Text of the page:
State Economy Less Affected by Recession Because of Its Local Nature, UA Economist Suggests

by Mark Carter  on Tuesday, Nov. 3, 2009 3:56 pm  

(Video: In a series of videos, Kathy Deck talks to Arkansas Business about unemployment and the recession, growth in northwest Arkansas and green jobs.

Why has Arkansas been less affected by the most recent recession than the rest of the country?

University of Arkansas economist Kathy Deck doesn't believe she has the answer, but she offered a theory Tuesday afternoon during one of several breakout sessions at the Commerce Arkansas business expo.

Sponsored by Arkansas Business and the Little Rock Regional Chamber of Commerce, the second annual expo was held all day Tuesday at the Statehouse Convention Center in downtown Little Rock and included the presentation of the Arkansas Business CFO of the Year awards and a keynote address by Windstream CEO Jeff Gardner

Deck's afternoon session focused on the economic road to recovery in 2010. She believes Arkansas' local emphasis has played a role in why it has seemed insulated from the recession compared with other parts of the country.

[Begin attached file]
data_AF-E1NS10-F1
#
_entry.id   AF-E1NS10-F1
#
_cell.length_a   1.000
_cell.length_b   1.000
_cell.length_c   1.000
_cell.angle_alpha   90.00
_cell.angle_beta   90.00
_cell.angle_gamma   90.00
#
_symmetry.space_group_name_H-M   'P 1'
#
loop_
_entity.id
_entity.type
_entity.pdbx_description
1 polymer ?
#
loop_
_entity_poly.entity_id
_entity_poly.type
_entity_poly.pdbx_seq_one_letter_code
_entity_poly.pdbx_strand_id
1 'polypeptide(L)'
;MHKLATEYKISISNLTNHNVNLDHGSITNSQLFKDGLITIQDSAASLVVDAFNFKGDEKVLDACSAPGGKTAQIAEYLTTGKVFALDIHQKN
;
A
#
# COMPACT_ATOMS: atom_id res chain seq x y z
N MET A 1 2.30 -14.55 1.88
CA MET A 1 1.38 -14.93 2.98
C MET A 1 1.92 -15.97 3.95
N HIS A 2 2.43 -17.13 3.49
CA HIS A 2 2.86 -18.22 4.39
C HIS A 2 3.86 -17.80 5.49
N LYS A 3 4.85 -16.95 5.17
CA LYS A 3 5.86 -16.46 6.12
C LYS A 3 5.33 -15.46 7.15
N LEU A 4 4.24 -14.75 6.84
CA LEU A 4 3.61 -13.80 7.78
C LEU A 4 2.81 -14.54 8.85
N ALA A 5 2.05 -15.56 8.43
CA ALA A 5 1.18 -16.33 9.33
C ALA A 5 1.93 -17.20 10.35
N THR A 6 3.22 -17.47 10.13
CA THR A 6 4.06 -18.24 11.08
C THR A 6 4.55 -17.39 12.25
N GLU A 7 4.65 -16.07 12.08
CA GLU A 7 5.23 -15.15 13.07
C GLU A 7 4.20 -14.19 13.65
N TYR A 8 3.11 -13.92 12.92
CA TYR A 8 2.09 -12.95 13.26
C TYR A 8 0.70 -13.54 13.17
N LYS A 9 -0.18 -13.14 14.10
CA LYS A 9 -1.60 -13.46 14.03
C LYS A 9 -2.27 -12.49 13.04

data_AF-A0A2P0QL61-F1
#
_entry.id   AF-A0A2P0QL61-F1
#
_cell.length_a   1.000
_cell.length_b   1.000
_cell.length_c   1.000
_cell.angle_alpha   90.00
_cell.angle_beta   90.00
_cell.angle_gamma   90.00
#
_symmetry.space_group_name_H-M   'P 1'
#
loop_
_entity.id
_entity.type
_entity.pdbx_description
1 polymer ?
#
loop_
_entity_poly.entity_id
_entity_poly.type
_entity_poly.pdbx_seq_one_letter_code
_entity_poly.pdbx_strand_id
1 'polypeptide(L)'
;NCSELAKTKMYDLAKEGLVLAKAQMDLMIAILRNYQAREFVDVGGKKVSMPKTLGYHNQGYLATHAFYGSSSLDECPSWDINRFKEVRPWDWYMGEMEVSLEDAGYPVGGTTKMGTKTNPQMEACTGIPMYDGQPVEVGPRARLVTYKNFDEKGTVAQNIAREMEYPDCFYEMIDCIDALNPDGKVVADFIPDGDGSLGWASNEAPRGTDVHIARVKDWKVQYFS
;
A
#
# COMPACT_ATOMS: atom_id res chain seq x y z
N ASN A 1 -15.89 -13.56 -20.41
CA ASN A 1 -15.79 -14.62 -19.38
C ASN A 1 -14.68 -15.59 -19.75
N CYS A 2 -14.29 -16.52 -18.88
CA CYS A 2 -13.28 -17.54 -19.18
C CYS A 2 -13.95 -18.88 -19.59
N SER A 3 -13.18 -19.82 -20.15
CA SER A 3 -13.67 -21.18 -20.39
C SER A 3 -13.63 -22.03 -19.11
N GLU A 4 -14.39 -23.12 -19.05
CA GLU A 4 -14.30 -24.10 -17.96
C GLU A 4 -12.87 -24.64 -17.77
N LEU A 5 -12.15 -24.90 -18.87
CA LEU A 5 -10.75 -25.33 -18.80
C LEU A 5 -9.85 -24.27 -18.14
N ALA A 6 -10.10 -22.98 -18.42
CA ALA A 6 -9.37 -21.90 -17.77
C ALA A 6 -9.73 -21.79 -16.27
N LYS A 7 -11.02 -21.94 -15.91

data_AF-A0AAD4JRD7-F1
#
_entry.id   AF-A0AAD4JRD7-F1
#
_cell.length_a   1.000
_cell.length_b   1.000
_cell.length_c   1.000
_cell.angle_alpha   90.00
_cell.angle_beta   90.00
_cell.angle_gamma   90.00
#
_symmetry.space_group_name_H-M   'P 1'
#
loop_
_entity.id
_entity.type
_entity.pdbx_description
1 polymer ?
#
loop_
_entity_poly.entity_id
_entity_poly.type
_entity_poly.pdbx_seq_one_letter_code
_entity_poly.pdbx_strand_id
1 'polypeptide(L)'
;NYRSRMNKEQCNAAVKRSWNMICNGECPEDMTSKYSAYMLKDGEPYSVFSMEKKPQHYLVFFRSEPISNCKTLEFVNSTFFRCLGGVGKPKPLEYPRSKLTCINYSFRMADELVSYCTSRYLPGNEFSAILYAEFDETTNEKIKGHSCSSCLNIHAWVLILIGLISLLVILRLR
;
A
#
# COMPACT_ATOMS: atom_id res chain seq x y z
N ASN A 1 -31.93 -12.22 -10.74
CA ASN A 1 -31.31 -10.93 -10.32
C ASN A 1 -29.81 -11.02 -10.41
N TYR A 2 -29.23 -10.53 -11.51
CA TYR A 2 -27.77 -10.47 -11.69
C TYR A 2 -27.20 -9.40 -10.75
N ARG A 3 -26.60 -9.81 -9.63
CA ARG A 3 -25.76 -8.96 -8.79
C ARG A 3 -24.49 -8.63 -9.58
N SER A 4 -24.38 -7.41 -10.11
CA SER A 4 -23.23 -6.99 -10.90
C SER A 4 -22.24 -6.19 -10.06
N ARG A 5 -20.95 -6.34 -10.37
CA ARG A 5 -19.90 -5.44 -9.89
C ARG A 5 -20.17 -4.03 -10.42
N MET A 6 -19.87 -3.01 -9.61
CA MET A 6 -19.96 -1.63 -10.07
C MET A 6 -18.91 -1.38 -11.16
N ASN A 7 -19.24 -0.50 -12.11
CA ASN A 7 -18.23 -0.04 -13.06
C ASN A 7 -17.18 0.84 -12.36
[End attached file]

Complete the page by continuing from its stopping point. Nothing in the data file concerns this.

"I don't have a satisfactory explanation, one that passes my own smell test," she said. "But I believe it may be because of the state's mix of jobs and products. We're local in nature. Not that we don't export to the rest of the country or even the world, but we serve ourselves and our close neighbors in greater proportion than the rest of the country."

Deck noted the 3.5 percent growth rate of the nation's GDP for the third quarter, and called it a "muted recovery."

"The 3.5 growth rate is better than no growth, but it's not great," she said. "In the early '80s, the recovery rate was proportionate to the decline. We're not expecting to see growth rates like we did in the early '80s. This is a muted recovery because it's not being led by the private sector. It's being led by the government, propping up the GDP with the stimulus package."

Deck posed her own question after forecasting more modest growth in 2010:

"In 2011, will the private sector have the wheels to go on its own without propping up from the government?"

 

 

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